What’s The Most Important Thing You Teach? (Part 2)

11 Oct

Lead with the shoulder.

I recently read an article in which the author asked if form tackling is overrated.  His question piqued my interest because how many times do you really see a perfect form tackle performed in a youth football game?  Heck, how many times do you see it in any game, regardless of level?

Most tackles are made in the heat of the moment by grabbing any part of the ball carrier to bring him down.  It’s rare that you see a kid break down into a perfect stance before making a perfect form tackle.  Everything is moving too fast and furious while the basic geometry of the game creates too many angles for that to happen.

So why spend an inordinate amount of time at practice perfecting it if we don’t see it on game day?  We have four reasons why we choose to spend extra time each day at practice on the science of tackling even though it is hit-or-miss come Saturday.

The first reason, and uppermost in our mind, is safety.  I’m sure that’s true with you as well.  Keeping the head up and not leading with the helmet is the most important thing we teach.  Initial contact, we emphasize, should be made with the shoulder.

The problem we routinely encounter, though, is that when we say to get low and drive through the ball carrier, kids think to bend at the waist and lower their head, exposing their neck to injury.  This dangerous tendency must be overcome through perfect practice.  By perfect, I mean that kids must be taught to get low by sinking their hips; that is to say, by bending at the knees.  Not at the waist.  This will help to keep their heads up.

The second reason we spend so much time teaching form tackling is to overcome their fear of contact.  It’s in the contact drills that we see the most fear and hesitation in new players.  Knowing howing how to tackle and having faith in their equipment to protect them will, more often than not, result in a corresponding rise in their level of confidence in all areas of the game.  Some quicker than others but, eventually, with patience and perfect practice, all of the kids will become competent and confident tacklers.  Or hitters in general.

How we do that is by first separating the inexperienced kids from the experienced.  We start from scratch with the beginners by walking them thru the steps of a form tackle from straight up tackling to angle tackling.  Then we have them tackle standup dummies to perfect the critical phases of a form tackle.  Once they have learned not to lower their head, we pair them up by size and practice form tackling at half speed, then full speed.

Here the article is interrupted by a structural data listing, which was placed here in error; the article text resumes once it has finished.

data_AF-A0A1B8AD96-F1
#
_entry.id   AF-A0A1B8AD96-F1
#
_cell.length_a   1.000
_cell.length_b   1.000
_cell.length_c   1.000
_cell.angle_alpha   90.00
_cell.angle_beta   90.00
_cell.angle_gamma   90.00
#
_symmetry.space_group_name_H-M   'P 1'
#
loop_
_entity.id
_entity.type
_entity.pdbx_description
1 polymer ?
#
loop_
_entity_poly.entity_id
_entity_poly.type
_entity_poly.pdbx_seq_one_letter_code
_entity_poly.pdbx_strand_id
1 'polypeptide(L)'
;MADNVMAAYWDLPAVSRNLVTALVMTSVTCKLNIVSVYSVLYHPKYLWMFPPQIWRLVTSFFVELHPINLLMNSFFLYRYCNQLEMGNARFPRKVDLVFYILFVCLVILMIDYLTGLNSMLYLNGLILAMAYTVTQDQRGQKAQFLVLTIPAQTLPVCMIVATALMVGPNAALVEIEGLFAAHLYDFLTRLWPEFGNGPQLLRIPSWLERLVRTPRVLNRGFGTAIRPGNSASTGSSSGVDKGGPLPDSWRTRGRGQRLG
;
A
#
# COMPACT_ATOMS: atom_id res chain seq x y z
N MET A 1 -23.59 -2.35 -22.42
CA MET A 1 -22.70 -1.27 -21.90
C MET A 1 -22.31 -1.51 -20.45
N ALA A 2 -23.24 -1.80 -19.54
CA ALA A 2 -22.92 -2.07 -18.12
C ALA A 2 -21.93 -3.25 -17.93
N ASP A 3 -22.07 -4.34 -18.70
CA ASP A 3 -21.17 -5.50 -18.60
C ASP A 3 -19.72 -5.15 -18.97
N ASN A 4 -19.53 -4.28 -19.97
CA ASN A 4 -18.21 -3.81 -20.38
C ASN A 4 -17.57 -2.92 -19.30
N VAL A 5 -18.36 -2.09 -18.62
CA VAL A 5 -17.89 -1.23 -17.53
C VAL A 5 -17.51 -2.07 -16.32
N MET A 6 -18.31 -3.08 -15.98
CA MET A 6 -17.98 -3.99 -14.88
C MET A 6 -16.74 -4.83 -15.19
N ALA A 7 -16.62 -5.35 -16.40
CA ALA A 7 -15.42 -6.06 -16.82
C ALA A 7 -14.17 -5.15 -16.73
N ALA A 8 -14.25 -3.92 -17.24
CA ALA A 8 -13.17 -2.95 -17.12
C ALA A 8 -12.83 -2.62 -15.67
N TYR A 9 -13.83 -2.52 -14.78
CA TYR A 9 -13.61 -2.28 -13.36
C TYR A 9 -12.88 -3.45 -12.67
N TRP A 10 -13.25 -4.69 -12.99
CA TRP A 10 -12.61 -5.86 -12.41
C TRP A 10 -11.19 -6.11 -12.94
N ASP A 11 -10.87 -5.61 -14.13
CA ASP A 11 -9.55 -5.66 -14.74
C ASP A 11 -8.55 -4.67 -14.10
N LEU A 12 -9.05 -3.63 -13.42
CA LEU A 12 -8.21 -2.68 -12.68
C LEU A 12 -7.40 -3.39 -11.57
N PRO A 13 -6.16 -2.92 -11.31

Build confidence the same time you teach technique.

The focus, as with before, is on perfect practice.   We understand that speed and power will come once they have mastered the technique. The three things we emphasize are not to lower their head, to lead with their shoulder, and to run through the ball carrier.  That is to keep their feet moving and accelerate just before contact.

The third reason we spend so much time on form tackling is to intimidate our opponents.  Short of a long TD run from scrimmage, nothing fires up a team quicker than a good solid tackle.  And nothing deflates the spirit of an opponent more than good solid tackling.  Kids who are confident in their abilities, know what they’re doing, and have overcome their fear can compete with anyone, anywhere, anytime.  To this end, you should make tackling a point of pride for your players.  Make it that special something that distinguishes them from other teams.

The fourth reason we devote extra time to form tackling is that we’re always mindful of the fact that we’re preparing our kids for competition at the next level.  Though we don’t have the time to teach technique like they do in high school and beyond, we feel that if our kids are confident and competent tacklers then they will not be easily intimidated or feel apprehensive when they graduate to high school and step into drills there or on the field come game day.

The thing we forget at times and shouldn’t is to teach small players how to tackle larger players.  In youth football this is a common game-day confrontation. What we do is teach our smaller players to — again — lead with their shoulders but through the lower legs of a larger, more powerful ballcarrier.  Their head is up as well.  Once they see that they can bring a big back down, they lose their fear and hesitation and become more aggressive.

These are four good reasons to spend extra time teaching form tackling even though you won’t see it all that often in a game.  Teach it every day, which ever way you choose, but teach it perfectly.  Your kids will benefit from the extra instruction and so will your team.

The geometry of the game creates different angles.

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